Unpopular speech needs to be protected. But the FBI’s arrest this month of four members of a California-based white supremacist group on federal charges of “rioting and conspiracy” before and during the deadly August 2017 Unite the Right rally in Charlottesville, Va., is good news for the free speech of peaceful protesters and those seeking to bring violent hate groups to justice.
In a 1985 Ms. magazine article headlined “Deal Me In: Why Women Should Play Poker,” feminist psychologist Mary Parlee dissected the gender gap in the quintessential American card game of poker. “Risking valued property, bluffing, challenging, strategically retreating from no-win situations, winning at the expense of others — these are the heart of poker,” she wrote. “Is it any wonder most women don’t play poker?”
Most of the liberal anger about the confirmation of Justice Brett Kavanaugh has been directed, naturally enough, at Republicans. Some of it has, however, been aimed at Democrats (whom some liberals think have been insufficiently ruthless) and at the structure of our political system (which they consider rigged against them).
With less than a month until Election Day, it’s time for Democrats to hunker down and get serious about their midterm messaging. In the dispiriting aftermath of the recent Supreme Court confirmation circus, this means taking a couple of deep breaths, not flipping out over the Republicans’ purported “Kavanaugh bounce” (which might be more of a hiccup) and focusing on a few key issues that resonate with a broad swath of voters.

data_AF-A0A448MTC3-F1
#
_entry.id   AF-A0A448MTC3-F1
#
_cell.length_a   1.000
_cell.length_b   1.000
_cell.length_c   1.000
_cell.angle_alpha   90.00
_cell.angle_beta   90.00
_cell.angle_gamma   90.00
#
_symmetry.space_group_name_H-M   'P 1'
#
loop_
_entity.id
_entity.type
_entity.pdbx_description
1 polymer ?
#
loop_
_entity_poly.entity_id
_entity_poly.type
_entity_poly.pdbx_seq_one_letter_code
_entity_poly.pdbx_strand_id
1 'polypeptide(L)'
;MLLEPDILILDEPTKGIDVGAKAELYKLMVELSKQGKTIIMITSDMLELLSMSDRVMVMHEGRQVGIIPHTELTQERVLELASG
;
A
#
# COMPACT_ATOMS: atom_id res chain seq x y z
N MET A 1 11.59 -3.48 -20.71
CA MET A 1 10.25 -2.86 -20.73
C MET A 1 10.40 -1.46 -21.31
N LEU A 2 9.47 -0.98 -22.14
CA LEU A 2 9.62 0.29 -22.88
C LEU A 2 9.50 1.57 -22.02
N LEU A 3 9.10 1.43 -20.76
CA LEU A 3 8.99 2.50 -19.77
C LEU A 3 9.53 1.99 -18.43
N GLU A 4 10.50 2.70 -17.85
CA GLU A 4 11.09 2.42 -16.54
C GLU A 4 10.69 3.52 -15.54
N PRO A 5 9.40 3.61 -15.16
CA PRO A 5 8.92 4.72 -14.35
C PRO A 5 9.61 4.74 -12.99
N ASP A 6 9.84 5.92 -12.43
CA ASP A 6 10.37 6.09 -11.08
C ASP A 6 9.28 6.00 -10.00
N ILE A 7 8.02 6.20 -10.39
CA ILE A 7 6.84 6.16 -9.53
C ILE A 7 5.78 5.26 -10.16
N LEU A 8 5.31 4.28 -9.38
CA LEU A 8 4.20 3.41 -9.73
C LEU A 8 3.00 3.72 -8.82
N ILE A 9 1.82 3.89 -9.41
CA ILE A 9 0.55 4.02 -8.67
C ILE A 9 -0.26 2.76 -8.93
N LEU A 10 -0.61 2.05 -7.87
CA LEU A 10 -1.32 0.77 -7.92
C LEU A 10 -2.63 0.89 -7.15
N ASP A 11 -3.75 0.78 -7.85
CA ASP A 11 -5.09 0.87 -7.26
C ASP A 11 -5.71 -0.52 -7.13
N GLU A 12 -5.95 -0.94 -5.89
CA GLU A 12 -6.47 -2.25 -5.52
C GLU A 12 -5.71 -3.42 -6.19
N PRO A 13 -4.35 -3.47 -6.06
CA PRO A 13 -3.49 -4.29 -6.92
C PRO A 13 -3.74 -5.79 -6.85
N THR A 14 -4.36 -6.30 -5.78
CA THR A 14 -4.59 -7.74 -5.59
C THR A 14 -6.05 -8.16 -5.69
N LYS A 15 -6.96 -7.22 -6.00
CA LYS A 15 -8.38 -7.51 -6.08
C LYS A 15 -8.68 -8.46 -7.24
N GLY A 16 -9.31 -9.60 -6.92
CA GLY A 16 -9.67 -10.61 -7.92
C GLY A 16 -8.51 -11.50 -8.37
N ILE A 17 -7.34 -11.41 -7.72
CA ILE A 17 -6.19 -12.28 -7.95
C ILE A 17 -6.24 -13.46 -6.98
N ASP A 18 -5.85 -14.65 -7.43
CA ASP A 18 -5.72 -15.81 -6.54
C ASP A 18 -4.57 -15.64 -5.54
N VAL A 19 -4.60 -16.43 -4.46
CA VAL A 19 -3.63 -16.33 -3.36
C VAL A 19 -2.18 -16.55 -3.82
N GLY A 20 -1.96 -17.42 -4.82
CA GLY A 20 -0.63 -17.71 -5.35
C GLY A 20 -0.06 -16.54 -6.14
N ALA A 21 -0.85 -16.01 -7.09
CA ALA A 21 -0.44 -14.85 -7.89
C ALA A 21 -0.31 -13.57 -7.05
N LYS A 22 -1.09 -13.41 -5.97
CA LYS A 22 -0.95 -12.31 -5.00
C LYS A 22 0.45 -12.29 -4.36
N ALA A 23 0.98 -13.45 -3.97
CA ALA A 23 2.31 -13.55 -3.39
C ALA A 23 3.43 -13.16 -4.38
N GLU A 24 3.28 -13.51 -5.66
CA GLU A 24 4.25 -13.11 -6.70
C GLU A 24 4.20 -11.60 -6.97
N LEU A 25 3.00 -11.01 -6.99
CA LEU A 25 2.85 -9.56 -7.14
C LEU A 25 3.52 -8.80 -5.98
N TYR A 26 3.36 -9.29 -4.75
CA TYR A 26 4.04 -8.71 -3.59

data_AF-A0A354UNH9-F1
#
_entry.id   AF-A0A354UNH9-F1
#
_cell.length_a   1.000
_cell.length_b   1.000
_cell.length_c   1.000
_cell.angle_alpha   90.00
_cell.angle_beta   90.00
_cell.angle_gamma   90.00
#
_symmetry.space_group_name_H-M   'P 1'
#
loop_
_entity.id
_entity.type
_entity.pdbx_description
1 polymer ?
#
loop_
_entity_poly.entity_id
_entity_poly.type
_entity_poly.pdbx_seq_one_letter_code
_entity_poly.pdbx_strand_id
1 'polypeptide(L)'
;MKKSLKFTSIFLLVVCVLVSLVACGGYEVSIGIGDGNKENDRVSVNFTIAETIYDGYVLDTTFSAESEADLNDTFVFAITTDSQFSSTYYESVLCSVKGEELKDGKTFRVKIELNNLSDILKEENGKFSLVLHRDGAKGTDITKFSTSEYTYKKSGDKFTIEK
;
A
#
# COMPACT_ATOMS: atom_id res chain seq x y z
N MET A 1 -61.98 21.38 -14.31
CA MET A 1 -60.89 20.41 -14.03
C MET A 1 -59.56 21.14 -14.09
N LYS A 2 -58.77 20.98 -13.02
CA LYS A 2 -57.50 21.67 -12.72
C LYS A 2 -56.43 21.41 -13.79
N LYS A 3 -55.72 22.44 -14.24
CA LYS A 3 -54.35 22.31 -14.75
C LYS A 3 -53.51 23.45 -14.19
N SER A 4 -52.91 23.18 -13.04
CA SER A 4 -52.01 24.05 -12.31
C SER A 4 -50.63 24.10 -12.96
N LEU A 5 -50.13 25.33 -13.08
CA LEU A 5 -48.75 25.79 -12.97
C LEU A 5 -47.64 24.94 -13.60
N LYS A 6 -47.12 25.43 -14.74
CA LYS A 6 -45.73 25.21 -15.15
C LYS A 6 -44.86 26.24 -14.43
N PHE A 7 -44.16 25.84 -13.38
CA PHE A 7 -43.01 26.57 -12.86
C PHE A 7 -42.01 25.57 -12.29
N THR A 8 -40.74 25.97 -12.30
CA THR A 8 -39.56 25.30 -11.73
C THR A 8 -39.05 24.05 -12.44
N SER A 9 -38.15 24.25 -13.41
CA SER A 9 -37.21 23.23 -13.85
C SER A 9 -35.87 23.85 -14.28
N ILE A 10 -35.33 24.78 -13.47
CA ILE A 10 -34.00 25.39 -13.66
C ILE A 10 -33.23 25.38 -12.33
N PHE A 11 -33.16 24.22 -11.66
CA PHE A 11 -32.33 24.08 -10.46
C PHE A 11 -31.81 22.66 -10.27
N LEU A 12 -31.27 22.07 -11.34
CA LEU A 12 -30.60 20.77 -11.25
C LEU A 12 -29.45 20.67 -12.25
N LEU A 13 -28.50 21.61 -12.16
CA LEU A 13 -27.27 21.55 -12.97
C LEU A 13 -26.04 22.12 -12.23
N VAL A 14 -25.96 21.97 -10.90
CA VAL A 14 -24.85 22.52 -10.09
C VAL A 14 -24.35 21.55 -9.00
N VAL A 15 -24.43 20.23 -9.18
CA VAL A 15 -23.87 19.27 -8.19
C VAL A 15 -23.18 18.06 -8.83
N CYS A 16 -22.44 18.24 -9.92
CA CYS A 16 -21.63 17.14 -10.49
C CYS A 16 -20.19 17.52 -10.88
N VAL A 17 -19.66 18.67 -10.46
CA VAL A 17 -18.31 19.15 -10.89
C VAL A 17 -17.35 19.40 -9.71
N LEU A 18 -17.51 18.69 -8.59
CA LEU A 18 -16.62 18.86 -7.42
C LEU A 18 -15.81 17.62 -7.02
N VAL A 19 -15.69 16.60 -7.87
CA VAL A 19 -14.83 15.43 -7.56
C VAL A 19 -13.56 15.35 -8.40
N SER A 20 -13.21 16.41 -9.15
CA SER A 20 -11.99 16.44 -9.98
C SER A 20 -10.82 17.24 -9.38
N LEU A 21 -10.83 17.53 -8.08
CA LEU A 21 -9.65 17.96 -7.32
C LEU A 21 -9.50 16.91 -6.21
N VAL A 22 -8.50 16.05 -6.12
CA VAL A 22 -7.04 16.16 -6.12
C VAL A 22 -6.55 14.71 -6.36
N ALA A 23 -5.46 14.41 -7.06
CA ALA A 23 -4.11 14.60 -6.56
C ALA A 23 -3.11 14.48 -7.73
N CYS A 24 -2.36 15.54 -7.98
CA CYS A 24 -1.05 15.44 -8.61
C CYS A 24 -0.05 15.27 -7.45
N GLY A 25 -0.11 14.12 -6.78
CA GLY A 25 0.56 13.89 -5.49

WASHINGTON — In the recent Supreme Court nomination showdown, American institutions underwent a stress test. And we saw the political equivalent of the collapse of Lehman Bros.
Sometimes a seemingly small change has large negative consequences. And so it is with a revision to American policy that the Trump administration is implementing at the United Nations.
Everyone’s perspective is framed by their life circumstances and experiences. From our perspective, we act on our choices.